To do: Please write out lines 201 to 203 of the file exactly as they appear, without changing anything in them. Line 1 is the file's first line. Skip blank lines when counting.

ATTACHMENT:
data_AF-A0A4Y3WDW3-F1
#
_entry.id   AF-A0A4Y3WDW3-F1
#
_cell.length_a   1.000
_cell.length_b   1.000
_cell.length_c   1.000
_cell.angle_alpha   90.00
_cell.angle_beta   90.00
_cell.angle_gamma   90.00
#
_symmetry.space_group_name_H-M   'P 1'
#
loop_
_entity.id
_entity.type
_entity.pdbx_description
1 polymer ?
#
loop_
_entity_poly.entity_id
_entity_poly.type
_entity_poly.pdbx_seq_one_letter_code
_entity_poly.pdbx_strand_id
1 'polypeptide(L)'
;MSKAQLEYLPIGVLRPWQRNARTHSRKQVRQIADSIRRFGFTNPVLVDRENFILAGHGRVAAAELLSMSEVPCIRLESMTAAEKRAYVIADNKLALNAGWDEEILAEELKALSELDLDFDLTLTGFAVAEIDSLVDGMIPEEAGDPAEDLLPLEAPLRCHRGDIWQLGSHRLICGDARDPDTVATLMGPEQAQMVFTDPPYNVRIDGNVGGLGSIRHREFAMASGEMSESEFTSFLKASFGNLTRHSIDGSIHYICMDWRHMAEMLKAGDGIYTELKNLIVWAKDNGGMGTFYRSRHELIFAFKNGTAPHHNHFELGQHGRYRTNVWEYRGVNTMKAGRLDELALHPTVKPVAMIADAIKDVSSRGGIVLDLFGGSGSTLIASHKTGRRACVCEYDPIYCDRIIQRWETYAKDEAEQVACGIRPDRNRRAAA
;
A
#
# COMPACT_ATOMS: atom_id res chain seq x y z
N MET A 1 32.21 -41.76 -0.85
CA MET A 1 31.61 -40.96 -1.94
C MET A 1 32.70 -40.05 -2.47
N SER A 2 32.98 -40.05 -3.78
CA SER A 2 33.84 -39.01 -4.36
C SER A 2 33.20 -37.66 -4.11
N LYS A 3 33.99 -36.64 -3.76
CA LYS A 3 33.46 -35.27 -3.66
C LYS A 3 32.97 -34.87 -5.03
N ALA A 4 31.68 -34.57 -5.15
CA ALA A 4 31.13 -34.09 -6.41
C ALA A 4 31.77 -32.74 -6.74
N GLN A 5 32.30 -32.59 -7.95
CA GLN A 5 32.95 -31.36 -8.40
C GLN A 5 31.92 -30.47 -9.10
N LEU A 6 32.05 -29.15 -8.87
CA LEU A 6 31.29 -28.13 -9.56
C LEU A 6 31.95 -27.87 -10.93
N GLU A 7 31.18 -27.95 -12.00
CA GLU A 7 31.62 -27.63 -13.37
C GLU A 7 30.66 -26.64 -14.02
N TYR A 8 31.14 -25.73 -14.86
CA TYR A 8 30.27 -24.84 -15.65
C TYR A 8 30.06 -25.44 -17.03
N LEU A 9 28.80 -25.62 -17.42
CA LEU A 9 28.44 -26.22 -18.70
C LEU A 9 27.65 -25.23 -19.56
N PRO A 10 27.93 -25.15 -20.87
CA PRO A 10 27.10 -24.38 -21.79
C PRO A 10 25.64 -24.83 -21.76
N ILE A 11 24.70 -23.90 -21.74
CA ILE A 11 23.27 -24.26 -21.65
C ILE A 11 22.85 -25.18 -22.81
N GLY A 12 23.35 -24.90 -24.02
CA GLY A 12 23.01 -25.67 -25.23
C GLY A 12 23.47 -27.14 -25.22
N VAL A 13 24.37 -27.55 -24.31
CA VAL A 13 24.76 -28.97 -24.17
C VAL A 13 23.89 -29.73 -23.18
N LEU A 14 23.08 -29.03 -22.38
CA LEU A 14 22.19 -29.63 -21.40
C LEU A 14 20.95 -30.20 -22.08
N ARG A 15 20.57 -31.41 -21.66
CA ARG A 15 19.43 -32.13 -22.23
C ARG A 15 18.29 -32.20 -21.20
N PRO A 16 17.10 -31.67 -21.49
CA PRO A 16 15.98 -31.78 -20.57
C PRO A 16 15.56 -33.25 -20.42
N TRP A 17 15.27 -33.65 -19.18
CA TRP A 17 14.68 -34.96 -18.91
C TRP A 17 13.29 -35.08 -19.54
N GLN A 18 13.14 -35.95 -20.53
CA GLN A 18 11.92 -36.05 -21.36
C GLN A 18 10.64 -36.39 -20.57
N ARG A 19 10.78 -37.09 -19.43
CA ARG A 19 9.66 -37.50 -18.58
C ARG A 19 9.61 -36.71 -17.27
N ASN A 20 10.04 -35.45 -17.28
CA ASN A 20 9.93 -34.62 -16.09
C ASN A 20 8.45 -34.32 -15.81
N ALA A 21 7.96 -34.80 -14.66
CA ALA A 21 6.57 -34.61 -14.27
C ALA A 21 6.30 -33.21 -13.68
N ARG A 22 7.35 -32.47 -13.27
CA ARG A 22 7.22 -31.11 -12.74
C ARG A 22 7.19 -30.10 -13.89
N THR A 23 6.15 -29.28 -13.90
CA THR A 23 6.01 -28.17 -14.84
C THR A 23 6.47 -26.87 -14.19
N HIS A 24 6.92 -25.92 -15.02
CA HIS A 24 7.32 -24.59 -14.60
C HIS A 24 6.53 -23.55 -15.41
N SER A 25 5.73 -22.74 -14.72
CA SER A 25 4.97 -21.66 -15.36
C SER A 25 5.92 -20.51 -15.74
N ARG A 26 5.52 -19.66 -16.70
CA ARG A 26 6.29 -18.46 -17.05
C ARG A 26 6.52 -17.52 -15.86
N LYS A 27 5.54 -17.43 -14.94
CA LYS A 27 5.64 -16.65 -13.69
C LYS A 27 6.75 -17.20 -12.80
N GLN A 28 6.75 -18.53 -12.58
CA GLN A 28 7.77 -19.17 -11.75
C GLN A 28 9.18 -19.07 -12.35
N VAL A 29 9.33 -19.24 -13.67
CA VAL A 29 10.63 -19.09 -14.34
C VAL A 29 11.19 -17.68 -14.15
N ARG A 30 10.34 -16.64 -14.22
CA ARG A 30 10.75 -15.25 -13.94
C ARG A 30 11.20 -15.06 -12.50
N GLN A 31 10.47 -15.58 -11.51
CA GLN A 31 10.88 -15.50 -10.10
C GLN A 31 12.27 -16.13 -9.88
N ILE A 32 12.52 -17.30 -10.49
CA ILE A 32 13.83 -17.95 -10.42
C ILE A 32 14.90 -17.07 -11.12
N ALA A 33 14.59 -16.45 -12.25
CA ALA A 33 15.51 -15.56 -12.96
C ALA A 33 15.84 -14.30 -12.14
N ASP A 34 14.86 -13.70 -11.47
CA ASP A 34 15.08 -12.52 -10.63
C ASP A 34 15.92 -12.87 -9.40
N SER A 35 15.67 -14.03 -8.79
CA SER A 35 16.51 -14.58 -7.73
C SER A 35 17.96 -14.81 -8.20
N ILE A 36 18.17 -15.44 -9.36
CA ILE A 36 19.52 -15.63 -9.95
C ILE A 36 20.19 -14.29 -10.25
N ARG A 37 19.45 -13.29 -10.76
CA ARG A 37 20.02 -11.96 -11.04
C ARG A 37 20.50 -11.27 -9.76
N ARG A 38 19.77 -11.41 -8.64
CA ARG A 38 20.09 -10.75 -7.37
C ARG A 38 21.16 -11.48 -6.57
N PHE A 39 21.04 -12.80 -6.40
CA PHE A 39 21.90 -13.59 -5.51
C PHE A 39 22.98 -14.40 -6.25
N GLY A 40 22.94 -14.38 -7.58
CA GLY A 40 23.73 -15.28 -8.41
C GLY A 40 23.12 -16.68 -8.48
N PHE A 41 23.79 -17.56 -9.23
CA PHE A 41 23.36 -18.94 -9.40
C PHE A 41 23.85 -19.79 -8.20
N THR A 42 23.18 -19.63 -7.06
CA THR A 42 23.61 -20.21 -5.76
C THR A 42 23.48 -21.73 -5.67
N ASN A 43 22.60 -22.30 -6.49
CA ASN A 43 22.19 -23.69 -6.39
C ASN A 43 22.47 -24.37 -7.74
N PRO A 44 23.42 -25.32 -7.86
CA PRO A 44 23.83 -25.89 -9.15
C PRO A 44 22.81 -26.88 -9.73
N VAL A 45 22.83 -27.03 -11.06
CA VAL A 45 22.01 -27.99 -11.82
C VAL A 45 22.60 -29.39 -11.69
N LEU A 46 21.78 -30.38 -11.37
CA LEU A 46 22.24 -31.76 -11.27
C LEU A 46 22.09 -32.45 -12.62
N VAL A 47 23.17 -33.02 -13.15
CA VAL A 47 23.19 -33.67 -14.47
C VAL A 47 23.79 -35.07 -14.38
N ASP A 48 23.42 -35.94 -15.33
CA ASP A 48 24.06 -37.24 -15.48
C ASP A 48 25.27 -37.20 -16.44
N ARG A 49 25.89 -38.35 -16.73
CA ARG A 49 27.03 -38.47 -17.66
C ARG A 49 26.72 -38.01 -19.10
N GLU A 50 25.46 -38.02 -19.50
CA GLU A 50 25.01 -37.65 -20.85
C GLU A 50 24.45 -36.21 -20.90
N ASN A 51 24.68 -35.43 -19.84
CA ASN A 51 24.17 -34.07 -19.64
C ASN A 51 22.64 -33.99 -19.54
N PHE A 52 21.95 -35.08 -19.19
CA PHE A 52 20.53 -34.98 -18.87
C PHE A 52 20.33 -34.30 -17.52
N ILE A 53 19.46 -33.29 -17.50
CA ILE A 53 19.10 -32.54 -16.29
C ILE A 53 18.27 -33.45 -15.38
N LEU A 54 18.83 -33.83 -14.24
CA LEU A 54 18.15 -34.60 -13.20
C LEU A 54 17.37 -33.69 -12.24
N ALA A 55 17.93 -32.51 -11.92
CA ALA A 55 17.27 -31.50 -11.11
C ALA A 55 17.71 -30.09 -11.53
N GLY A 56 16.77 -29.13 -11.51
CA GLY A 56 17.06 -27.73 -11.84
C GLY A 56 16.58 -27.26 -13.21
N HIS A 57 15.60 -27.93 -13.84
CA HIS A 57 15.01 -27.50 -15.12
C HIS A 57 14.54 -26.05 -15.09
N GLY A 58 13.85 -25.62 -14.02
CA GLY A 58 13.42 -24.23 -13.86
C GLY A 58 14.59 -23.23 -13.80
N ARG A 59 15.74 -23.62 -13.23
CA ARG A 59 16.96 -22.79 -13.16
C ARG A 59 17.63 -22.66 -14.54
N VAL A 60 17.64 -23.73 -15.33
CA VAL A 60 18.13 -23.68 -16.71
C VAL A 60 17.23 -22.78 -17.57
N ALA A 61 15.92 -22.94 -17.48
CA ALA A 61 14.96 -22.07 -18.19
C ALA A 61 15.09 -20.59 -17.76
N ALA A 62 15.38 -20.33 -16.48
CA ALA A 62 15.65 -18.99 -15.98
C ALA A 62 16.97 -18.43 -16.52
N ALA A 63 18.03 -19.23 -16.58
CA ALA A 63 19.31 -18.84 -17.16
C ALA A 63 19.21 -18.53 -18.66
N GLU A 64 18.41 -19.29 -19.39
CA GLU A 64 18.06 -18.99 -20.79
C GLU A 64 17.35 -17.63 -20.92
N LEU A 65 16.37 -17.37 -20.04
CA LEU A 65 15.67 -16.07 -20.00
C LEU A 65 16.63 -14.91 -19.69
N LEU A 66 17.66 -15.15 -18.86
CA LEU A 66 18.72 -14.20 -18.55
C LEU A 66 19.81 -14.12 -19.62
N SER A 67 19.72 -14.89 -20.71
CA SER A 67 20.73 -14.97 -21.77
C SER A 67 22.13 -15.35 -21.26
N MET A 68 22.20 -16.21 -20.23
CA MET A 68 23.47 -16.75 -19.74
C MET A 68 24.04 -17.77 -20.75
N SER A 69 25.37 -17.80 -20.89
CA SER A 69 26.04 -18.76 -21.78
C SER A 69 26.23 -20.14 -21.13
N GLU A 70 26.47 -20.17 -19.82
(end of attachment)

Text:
C HIS A 57 14.54 -26.05 -15.09
N GLY A 58 13.85 -25.62 -14.02
CA GLY A 58 13.42 -24.23 -13.86